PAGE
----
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9781119881902

Electromagnetics and Transmission Lines Essentials for Electrical Engineering

by ; ;
  • ISBN13:

    9781119881902

  • ISBN10:

    1119881900

  • Edition: 2nd
  • Format: Hardcover
  • Copyright: 2022-11-08
  • Publisher: Wiley
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Supplemental Materials

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Summary

Electromagnetics and Transmission Lines

Textbook resource covering static electric and magnetic fields, dynamic electromagnetic fields, transmission lines, antennas, and signal integrity within a single course

Electromagnetics and Transmission Lines provides coverage of what every electrical engineer (not just the electromagnetic specialist) should know about electromagnetic fields and transmission lines. This work examines several fundamental electrical engineering concepts and components from an electromagnetic fields viewpoint, such as electric circuit laws, resistance, capacitance, and self and mutual inductances. The approach to transmission lines (T-lines), Smith charts, and scattering parameters establishes the underlying concepts of vector network analyzer (VNA) measurements. System-level antenna parameters, basic wireless links, and signal integrity are examined in the final chapters.

As an efficient learning resource, electromagnetics and transmission lines content is strategically modulated in breadth and depth towards a single semester objective. Extraneous, distracting topics are excluded. The wording style is somewhat more conversational than most electromagnetics textbooks in order to enhance student engagement and inclusivity while conveying the rigor that is essential for engineering student development. To aid in information retention, the authors also provide supplementary material, including a homework solutions manual, lecture notes, and VNA experiments.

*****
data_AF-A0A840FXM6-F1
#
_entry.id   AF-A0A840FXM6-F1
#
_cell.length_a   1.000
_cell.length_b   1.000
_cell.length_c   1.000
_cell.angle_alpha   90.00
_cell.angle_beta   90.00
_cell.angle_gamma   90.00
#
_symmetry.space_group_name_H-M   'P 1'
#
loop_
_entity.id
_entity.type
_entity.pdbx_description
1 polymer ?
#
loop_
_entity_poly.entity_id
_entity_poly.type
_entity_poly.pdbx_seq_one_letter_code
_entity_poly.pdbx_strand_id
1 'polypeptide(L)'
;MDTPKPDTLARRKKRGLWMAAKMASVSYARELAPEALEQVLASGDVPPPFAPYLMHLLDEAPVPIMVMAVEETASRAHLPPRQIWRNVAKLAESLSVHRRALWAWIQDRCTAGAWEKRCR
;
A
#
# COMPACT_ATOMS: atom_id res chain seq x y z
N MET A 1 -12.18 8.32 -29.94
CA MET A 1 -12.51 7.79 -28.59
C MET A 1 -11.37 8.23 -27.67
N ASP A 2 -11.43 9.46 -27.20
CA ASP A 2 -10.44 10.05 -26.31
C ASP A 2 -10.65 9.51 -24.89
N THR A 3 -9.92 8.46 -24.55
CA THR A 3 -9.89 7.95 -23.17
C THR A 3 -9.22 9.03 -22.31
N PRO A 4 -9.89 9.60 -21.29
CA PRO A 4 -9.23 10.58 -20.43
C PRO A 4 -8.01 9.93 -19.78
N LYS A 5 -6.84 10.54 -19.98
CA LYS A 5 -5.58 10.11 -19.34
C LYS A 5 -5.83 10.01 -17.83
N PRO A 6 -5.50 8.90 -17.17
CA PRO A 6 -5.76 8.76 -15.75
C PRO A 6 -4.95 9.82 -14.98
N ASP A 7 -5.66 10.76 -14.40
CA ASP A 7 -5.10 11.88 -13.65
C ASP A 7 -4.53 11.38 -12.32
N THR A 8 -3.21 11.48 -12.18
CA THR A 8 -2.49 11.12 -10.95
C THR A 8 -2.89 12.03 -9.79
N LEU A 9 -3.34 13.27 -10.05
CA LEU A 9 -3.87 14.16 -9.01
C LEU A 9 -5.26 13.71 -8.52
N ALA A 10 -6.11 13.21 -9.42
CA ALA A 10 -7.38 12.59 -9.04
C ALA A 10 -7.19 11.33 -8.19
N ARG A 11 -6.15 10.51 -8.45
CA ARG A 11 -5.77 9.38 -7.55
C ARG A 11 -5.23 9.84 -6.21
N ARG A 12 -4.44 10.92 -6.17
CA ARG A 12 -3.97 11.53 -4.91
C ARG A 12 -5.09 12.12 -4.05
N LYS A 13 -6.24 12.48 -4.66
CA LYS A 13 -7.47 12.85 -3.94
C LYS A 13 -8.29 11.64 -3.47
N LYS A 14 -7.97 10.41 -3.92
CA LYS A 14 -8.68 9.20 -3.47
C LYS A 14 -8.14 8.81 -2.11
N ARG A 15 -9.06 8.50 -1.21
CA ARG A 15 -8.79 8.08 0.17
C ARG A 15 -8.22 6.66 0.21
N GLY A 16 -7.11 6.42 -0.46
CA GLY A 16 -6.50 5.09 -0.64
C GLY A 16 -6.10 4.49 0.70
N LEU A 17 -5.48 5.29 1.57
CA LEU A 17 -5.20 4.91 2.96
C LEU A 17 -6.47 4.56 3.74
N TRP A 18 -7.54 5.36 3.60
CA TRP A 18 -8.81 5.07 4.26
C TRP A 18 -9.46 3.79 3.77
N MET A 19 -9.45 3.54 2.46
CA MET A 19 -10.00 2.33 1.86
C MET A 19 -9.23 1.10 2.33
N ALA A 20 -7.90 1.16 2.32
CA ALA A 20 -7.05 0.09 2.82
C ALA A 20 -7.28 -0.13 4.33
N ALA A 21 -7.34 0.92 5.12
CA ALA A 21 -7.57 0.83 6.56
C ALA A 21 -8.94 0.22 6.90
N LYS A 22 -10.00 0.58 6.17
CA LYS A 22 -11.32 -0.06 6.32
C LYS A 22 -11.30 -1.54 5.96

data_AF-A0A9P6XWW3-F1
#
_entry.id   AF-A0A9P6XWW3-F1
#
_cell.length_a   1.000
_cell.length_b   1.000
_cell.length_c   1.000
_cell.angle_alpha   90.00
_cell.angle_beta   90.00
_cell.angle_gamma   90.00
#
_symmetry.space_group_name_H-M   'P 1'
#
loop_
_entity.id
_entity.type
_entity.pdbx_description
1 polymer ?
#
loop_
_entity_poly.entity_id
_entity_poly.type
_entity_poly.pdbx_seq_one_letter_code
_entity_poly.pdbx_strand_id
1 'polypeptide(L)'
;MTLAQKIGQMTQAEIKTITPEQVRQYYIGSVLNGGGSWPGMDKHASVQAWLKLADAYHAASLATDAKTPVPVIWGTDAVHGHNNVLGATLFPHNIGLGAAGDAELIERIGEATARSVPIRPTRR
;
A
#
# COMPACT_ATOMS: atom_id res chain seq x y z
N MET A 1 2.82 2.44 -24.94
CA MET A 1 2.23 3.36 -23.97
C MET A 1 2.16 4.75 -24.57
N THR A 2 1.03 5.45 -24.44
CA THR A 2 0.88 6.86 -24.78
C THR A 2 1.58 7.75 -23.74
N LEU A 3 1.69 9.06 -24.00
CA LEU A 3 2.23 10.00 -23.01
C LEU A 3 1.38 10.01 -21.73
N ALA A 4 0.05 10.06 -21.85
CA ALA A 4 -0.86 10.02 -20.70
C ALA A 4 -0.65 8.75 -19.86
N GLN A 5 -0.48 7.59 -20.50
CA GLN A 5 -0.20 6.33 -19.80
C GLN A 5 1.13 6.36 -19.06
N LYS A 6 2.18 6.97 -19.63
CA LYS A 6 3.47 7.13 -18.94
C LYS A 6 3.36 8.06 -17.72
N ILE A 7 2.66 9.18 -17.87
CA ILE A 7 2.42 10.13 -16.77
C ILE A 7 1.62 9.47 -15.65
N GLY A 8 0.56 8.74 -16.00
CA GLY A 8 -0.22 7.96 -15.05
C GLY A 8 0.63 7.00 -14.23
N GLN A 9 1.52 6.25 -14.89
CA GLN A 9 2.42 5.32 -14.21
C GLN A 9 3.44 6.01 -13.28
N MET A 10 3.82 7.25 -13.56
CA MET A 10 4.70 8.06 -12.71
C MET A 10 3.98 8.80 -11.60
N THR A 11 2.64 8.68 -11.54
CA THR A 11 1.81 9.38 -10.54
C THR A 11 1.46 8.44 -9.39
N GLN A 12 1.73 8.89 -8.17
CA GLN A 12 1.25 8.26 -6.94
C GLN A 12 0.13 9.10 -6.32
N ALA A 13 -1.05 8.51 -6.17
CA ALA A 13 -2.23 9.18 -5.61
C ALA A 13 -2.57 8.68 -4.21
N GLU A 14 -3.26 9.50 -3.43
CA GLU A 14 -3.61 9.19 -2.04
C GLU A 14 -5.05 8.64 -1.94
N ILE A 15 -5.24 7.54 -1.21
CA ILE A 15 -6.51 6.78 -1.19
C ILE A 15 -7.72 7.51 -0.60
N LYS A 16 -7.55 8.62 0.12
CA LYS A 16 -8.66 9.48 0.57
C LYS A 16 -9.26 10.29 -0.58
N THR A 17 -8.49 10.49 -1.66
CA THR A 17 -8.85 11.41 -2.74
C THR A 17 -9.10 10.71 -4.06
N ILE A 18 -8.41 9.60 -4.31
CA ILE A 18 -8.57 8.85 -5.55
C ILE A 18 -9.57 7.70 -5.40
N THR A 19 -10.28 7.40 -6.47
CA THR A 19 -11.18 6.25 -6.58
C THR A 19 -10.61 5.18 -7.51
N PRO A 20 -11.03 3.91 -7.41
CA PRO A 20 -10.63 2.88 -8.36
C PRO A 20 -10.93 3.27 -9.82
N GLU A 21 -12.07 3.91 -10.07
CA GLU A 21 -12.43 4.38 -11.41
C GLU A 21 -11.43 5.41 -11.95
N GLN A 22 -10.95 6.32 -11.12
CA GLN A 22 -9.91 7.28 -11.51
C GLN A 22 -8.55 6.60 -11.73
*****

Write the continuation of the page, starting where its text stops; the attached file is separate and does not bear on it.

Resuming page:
Sample topics covered in Electromagnetics and Transmission Lines include:

  • Vector algebra and coordinate systems, Coulomb’s law, Biot-Savart law, Gauss’s law, and solenoidal magnetic flux
  • Electric potential, Ampere’s circuital law, Faraday’s law, displacement current, and the electromagnetic principles underlying resistance, capacitance, and self and mutual inductances
  • The integral form of Maxwell’s equations from a conceptual viewpoint that relates the equations to physical understanding (the differential forms are also included in an appendix)
  • DC transients and AC steady-state waves, reflections, and standing waves on T-lines
  • Interrelationships of AC steady-state T-line theory, the Smith chart, and scattering parameters
  • Antenna basics and line-of-sight link analysis using the Friis equation
  • An introduction to signal integrity

Electromagnetics and Transmission Lines is an authoritative textbook learning resource, suited perfectly for engineering programs at colleges and universities with a single required electromagnetic fields course. Student background assumptions are multivariable calculus, DC and AC electric circuits, physics of electromagnetics, and elementary differential equations.

Author Biography

Robert Alan Strangeway, PhD, is a Professor and Transfer Track Coordinator with the Electrical Engineering and Computer Science (EECS) Department at Milwaukee School of Engineering (MSOE).